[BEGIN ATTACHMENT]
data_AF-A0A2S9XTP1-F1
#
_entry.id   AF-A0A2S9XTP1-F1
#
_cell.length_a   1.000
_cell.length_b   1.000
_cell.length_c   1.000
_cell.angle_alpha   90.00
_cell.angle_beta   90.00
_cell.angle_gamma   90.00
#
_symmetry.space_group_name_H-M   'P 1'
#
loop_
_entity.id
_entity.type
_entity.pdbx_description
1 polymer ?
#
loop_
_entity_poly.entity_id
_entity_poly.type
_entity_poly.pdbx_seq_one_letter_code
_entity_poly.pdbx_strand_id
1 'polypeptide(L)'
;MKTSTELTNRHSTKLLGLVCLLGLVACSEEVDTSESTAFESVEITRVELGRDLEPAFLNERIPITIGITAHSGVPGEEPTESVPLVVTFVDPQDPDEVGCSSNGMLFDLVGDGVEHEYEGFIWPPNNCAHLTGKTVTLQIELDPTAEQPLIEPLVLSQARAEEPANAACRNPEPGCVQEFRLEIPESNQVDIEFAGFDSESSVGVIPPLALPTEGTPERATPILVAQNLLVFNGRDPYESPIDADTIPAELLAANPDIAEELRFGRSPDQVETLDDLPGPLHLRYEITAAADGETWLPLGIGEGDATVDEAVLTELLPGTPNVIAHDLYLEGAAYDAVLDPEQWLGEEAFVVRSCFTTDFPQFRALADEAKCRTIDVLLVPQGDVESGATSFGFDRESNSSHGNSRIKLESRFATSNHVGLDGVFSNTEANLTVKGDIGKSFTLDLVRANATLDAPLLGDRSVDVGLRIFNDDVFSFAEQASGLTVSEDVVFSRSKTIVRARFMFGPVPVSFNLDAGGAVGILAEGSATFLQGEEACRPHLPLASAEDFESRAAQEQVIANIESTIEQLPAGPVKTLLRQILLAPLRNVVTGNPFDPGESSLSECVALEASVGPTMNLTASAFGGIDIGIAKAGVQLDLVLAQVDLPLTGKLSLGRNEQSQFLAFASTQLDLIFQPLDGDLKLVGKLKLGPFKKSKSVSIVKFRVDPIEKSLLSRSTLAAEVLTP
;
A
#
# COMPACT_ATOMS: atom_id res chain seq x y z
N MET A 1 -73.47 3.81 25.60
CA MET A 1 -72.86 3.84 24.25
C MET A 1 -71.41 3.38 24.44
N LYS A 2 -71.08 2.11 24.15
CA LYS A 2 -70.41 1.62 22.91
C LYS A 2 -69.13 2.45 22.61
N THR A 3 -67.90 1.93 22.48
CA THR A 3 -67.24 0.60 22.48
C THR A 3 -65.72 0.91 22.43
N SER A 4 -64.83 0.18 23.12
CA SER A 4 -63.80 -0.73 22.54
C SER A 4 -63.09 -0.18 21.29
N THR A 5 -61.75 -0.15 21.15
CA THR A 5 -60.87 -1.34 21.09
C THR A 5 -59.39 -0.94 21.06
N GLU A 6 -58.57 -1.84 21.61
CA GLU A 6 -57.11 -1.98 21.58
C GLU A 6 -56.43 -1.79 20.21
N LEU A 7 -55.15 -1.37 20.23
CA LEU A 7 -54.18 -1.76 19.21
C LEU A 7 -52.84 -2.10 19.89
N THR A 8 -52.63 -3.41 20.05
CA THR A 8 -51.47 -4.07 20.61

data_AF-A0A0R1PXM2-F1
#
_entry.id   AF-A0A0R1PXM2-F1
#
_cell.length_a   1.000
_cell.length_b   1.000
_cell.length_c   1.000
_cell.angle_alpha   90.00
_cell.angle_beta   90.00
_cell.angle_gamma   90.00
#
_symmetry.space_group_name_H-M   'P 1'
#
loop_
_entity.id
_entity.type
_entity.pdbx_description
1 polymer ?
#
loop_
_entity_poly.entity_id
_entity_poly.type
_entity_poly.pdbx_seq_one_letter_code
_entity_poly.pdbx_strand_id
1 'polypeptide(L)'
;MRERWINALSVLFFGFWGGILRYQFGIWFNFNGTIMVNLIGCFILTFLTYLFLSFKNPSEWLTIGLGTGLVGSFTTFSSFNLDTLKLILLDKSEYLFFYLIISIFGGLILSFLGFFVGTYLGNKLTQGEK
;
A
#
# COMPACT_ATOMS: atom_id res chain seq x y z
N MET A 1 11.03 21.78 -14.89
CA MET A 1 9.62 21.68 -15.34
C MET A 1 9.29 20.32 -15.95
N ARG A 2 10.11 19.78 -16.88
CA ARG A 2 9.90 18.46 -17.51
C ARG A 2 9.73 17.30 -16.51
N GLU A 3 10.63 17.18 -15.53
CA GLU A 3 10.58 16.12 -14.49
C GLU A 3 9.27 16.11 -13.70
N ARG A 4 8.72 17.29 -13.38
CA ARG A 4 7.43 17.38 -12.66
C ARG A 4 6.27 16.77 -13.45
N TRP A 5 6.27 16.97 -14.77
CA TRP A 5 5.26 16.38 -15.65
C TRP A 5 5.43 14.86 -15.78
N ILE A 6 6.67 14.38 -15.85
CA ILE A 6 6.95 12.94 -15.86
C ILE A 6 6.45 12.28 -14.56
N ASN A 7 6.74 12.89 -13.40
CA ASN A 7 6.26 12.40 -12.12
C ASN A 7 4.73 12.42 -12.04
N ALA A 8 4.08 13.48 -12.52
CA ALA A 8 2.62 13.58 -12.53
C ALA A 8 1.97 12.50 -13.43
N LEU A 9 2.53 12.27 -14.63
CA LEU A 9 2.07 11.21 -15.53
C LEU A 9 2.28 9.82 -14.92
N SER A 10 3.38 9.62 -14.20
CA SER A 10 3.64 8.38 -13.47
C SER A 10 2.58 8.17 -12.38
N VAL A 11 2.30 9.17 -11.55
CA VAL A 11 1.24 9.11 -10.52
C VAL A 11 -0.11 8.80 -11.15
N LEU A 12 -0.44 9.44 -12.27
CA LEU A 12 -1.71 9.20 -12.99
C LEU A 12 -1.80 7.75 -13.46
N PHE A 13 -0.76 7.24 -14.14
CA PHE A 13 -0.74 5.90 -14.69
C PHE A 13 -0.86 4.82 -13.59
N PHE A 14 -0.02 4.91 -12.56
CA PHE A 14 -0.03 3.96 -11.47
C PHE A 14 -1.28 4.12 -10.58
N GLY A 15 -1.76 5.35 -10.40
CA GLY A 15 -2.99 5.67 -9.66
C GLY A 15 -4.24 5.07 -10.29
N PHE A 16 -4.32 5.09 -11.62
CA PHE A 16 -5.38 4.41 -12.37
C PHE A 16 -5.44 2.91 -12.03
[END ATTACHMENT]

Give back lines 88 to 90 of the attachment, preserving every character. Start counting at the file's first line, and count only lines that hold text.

CA ARG A 2 9.90 18.46 -17.51
C ARG A 2 9.73 17.30 -16.51
N GLU A 3 10.63 17.18 -15.53